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Meeting my literary heroes at the Auckland Writers and Readers Festival

When the programme for the Auckland Writers and Readers Festival was announced I got quite excited.  There were not one, but two of my favourite authors and literary heroes coming to Auckland – Patrick Ness and Carlos Ruiz Zafon.  I was barely able to control my excitement when I went to their sessions, but I sat in the audience captivated by them and learnt a lot about their writing and their books.  Like all author groupies I was one of the first in line afterwards to get my books signed and thank them profusely for coming all the way to New Zealand.

For those who are interested here’s a taster of what Patrick and Carlos discussed in their sessions.

An Hour with Patrick Ness

Patrick started with a reading from his latest adult book, The Crane Wife (I loved this book and highly recommend it if you’re looking for a magical and eerie adult book).  When it comes to stories, Patrick says that ‘ideas attract other ideas,’ and The Crane Wife came from several ideas.  It’s partly a retelling of the Japanese myth, there are some autobiographical details, and there is a big theme of stories and storytelling.  The main character in The Crane Wife, George, is a ‘kind’ man, and Patrick also wanted to look at what happens to the kind man when he’s lonely.  He wanted to write a compelling ‘good’ character, so he had to figure out what would make George greedy.  Apparently Amanda, George’s daughter in the book, is the closest character to Patrick.  She has a habit of saying the wrong things at the wrong time and is terrible in social situations, which Patrick says he can certainly relate to.

Patrick often has theme songs to his books.  One of his favourite bands, The Decemberists, wrote a song called The Crane Wife 1 and 2, which Patrick feels captures the mood of his book perfectly.  Here are some of his other theme songs:

  • Early One Morning by Jim Moray and Map of the Problematique by Muse – The Knife of Never Letting Go
  • Mercy Street by Peter Gabriel – A Monster Calls
  • More Than This by Peter Gabriel – More Than This (his new YA novel coming in September)

I had to listen to these as soon as I got home and I can really see how these fit with the tone and mood of Patrick’s stories.

Patrick said that he is ‘never afraid to leave the reader wanting more’ and that is one of the things I love about his books, especially the Chaos Walking Trilogy.

I didn’t think I could like Patrick even more than I already did, but one of his answers to an audience question proved me wrong – ‘Books don’t need to do anything. They just need to tell stories.’  I know I don’t go looking for a particular meaning in the books I read, I just read them because they’re good stories.

An Hour with Carlos Ruiz Zafon

I never thought I would get the chance to hear Carlos Ruiz Zafon speak and meet him in person so this session was a highlight of my life.

Carlos always wanted to tell the Cemetery of Forgotten Books cycle in four books.  He wanted to create a labyrinth that could be entered through any door, and your perception would be different depending on which story you started with.  You could then read the cycle years later and re-enter the labyrinth again in a different direction.  When Carlos said that the labyrinth will twist in the fourth book I got this overwhelming sense of excitement and had this huge grin on my face.  If I loved the first three books so much I have no idea how amazing the fourth and final one will be!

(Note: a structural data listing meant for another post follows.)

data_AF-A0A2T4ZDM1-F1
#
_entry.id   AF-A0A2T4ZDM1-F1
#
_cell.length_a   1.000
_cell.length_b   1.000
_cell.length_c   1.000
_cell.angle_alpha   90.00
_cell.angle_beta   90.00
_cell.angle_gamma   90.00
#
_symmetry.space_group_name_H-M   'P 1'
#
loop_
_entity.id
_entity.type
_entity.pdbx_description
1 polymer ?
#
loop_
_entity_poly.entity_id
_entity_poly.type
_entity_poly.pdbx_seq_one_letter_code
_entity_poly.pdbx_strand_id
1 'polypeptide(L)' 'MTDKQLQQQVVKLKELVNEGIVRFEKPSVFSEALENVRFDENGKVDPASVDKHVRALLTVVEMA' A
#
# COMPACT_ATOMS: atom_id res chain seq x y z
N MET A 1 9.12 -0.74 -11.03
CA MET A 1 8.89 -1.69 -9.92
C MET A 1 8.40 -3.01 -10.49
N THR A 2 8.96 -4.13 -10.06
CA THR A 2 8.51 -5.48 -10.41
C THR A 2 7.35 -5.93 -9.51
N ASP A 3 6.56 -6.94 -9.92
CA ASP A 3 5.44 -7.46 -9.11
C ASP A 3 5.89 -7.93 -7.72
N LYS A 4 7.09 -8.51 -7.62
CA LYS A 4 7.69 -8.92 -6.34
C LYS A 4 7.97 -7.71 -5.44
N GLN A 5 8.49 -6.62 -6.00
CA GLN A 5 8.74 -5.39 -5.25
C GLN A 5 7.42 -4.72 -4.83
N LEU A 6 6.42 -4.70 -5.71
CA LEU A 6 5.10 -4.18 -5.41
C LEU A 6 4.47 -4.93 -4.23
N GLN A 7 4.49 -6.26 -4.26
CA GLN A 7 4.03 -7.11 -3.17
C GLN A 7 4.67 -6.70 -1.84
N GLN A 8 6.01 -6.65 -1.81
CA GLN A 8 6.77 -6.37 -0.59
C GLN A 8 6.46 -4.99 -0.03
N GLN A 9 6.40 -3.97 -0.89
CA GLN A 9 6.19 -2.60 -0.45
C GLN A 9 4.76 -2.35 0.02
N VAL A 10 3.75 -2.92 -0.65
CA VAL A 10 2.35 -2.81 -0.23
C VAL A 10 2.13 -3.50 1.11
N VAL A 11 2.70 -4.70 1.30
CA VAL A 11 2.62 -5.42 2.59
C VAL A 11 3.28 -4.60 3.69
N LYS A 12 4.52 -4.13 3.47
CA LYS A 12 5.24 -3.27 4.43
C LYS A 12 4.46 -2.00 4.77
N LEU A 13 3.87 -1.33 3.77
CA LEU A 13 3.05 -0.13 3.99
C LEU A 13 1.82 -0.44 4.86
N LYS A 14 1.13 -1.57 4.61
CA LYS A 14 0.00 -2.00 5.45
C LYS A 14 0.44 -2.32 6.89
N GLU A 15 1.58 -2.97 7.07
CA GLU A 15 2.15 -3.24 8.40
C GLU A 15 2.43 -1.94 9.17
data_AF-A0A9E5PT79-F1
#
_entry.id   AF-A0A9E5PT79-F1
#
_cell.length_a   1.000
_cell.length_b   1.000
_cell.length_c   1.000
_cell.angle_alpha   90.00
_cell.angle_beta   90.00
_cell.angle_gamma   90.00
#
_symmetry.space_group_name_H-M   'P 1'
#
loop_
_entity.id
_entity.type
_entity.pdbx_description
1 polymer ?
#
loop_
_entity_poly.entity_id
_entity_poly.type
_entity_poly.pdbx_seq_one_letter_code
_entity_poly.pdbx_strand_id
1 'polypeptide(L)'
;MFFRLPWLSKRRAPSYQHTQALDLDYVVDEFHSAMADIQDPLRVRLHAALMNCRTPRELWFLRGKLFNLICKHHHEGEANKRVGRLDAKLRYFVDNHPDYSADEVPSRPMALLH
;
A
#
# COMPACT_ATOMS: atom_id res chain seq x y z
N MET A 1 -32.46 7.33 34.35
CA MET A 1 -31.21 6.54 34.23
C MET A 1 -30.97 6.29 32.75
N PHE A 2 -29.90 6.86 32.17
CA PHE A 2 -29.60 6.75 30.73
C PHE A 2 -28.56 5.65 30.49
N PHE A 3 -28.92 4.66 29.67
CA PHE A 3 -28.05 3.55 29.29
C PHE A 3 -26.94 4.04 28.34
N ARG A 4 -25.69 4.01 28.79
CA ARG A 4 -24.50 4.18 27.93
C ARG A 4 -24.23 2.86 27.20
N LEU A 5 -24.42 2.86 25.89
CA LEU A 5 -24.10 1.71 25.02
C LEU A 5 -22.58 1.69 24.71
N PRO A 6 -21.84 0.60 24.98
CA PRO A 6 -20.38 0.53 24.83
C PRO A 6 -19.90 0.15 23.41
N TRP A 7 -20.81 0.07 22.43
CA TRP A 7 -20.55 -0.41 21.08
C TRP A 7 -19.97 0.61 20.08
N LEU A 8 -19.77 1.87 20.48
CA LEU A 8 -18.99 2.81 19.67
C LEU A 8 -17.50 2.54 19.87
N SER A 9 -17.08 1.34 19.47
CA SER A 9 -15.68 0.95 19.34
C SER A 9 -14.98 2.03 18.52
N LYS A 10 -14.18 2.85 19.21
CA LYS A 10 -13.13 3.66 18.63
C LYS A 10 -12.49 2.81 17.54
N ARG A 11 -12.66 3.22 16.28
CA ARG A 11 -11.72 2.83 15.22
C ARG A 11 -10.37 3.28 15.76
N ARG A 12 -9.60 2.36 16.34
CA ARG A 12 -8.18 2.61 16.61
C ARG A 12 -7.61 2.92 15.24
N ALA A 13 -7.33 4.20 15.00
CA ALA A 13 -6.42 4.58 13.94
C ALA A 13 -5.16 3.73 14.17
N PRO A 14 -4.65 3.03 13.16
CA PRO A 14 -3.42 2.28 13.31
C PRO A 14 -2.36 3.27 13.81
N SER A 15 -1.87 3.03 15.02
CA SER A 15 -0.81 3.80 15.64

When Carlos told the audience about his writing process there was a collective gasp.  Many authors have sticky notes and flow charts but anything that Carlos can’t hold in his head is dropped.  If this happens it’s usually not a good idea anyway.  He never saves drafts or materials after he’s finished a story.  He believes that it’s his homework and people shouldn’t read it.  There is no paper or digital trail of his work after he has finished a story.

Carlos doesn’t believe that it is his job as a writer to tell people what they should think.  He uses his skills in setting the stage, writing lines, applying makeup and putting on the costumes, and he takes the reader ‘into the theatre of their mind.’ He also uses dramatic devices to incorporate his research and morals into his stories and he believes the reader will decode these subconsciously.

All of Carlos’ stories are set in the past and he explained that this is because it ‘allows the storyteller to objectify elements.’  He can remove noise (cellphones, the internet) by setting a story in the past.  Carlos has always had a personal fascination with the time period after the industrial revolution, as ‘human beings had been in the dark for so long and they finally had a chance to get things right.’

I’m a huge fan of Carlos’ Young Adult novels and I was glad that he talked about these.  He said that these books (Prince of Mist, The Midnight Palace, The Watcher in the Shadows, and the soon to be published Marina) were an experiment.  Carlos didn’t feel that he had much to offer the YA genre, that he was just entertaining the teenagers, but he hoped that through writing these stories he was communicating the pleasure of reading to them.  He obviously had something right as they have sold millions of copies, both in Spain and the rest of the world.

Carlos finished by saying that his Cemetery of Forgotten Books cycle is ultimately about ‘language, books and storytelling,’ and that he ‘writes for people who love to read.’  I certainly hope that he continues to write for many, many years.

Me and Carlos Ruiz Zafon

Me and Carlos Ruiz Zafon

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The Prisoner of Heaven by Carlos Ruiz Zafon